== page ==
Tag Archive | "Vouchers"

Finding a Place in New York with a Rental Voucher

When Francheska Lappost, a 24-year-old mother of two, moved from a homeless shelter to her first apartment in Williamsbridge five months ago, it wasn’t an upgrade. There were cockroaches, the stove wouldn’t turn on, the bathroom fan was broken and the sink was clogged, Lappost said.

“It was better living in the shelter than where I live right now,” she said.

Lappost is looking for a new apartment, but finding a place in her price range has proved to be an onerous task.

Lappost receives a monthly rental voucher from the Family Homelesness and Eviction Prevention Supplement (FHEPS), a program run by the New York City’s Human Resources Administration. The agency adjusts the amount of the vouchers according to household sizes. Under this program, Lappost is set to receive $1,557 a month, the maximum for a family of three.

Lappost qualified for the housing voucher because after migrating from the Dominican Republic, she and her family spent 10 months in a homeless shelter in Van Nest, on the east side of the Bronx. That arrangement was provided by PATH, the agency that manages the municipal shelter system.

Lappost is five months pregnant and is now looking for a place to live with her 4-year-old and 7-year-old children. The only option in the FHEPS price range is another one bedroom apartment.

According to the Coalition for the Homeless, a New York-based advocacy group, there are not enough apartments to cover the affordable housing demand. Only 2% of studios and 3% of three-bedroom apartments are in the price range established by CityFHEPS, according to a 2019 report released by the non-profit. In New York City, there are 16,480 vacant studio apartments in the vouchers price range, while there are 17,887 single adults living in the shelter system.  

“We need to be both giving people vouchers to help close the gap between income and rent and we also need to be actually extending the supply of truly affordable apartments if we want to fight homelessness,” said Jacquelyn Simone, a policy analyst for Coalition for the Homeless.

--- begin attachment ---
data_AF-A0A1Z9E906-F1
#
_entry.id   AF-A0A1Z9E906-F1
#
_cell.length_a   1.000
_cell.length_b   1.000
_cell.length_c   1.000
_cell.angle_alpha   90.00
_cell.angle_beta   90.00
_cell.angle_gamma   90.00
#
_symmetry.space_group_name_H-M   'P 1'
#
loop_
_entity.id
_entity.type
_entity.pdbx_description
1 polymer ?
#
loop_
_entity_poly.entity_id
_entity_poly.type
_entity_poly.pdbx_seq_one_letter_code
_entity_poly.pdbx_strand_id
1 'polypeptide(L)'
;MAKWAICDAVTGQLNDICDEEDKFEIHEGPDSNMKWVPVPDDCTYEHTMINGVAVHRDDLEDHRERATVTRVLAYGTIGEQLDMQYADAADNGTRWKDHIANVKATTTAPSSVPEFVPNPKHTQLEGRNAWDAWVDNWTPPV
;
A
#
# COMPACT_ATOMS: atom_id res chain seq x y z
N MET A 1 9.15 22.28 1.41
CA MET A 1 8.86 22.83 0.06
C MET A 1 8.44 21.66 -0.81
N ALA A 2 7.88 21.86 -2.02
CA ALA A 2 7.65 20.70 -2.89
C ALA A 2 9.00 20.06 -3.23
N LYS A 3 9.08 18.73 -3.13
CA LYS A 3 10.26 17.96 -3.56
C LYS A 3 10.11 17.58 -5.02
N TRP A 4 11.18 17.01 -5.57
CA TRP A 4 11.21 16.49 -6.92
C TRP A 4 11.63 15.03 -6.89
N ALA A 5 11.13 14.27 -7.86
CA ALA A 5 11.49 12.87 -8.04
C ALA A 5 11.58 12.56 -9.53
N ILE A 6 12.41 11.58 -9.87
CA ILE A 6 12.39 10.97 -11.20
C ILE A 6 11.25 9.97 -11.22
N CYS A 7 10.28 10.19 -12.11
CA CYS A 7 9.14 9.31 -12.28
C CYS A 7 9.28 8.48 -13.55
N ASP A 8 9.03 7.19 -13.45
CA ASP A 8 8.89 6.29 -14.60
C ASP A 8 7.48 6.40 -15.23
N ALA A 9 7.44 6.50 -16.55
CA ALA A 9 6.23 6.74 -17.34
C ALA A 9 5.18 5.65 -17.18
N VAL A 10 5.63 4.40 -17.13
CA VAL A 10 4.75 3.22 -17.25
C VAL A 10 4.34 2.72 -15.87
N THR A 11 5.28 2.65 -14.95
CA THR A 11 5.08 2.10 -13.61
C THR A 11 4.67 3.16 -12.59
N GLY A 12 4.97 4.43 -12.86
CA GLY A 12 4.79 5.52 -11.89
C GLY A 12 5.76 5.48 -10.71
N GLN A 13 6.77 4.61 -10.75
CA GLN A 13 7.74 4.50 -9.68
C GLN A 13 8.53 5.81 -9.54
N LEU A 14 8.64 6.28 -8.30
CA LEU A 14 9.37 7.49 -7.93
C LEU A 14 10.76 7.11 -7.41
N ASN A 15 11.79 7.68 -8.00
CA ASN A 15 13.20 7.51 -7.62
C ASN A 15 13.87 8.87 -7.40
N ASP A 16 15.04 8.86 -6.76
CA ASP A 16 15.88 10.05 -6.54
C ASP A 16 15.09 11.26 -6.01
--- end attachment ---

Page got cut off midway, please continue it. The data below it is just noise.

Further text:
Coalition for the Homeless wants the city to build 24,000 new units and to preserve the affordability of 6,000 more by subsidizing existing units. Additionally, there is a proposal by District 33 Councilman Stephen Levin that would raise the city voucher price levels to fair market rents and which would widen the supply of apartments for voucher holders, Simone said.   

Even if CityFHEPS beneficiaries find apartments in their price range, that doesn’t guarantee their application will be approved, said Craig Waletzko, community engagement coordinator of the nonprofit Fair Housing Justice Center. Landlords are often upfront about rejecting applications from renters who use vouchers, Waletzko said, despite a state law that prohibits this type of housing discrimination. 

“They’re just so many providers that are convinced that they don’t need to accept renters or people seeking homes using subsidies to pay their rent.” 

Fair Housing Justice Center receives complaints and conducts approximately 100  investigations a year to determine whether landlords discriminate against voucher holders. 

Representatives of the non-profit go undercover, looking for apartments, trying to isolate the factor that would trigger an application denial. They send two separate testers with similar incomes, jobs and credit scores. The only difference between them is the voucher.

Landlords and brokers often fail the test, Waletzko said, treating those with vouchers differently than applicants not enrolled in rental assistance programs. 

Lappost encountered a similar bias on her first apartment hunt. “It took me three months to find my apartment. Not everyone takes programs,” she said.

The tight housing market in New York City means that rents tend to be high, which limit the options available for CityFHEPS voucher holders.

“The quality of housing that is available to folks when they are using the programs is just terrible,” said Waletzko. 

Lappost’s search for an apartment is especially urgent this time around. Her landlord is suing her for not paying rent. She’s not sure why the rent hasn’t been paid; she thought her FHEPS voucher meant it would be paid automatically. Lappost is convinced that her landlord doesn’t have the grounds to evict her. 

Robert Farina, the lawyer who represents Lappost’s landlord, said that although she gets a benefit from the Department of Social Services, she is still responsible for paying her rent. The only exception to this rule is Section 8, a different program in which the city pays part of the rent directly. Lappost’s rent was not paid in full for the months from May to October, Farina said. 

Lappost got another citation to appear in court Oct. 31. She has to show proof of all of the FHEPS invoices . Lappost said she had them – she carried them in her purse the last time she was in court. 

Lappost is running out of options, she had to quit her babysitting job because of her pregnancy. And she’s concerned about the additional bills from housing court. “He also wants me to pay $1000 for his lawyer,” she said.

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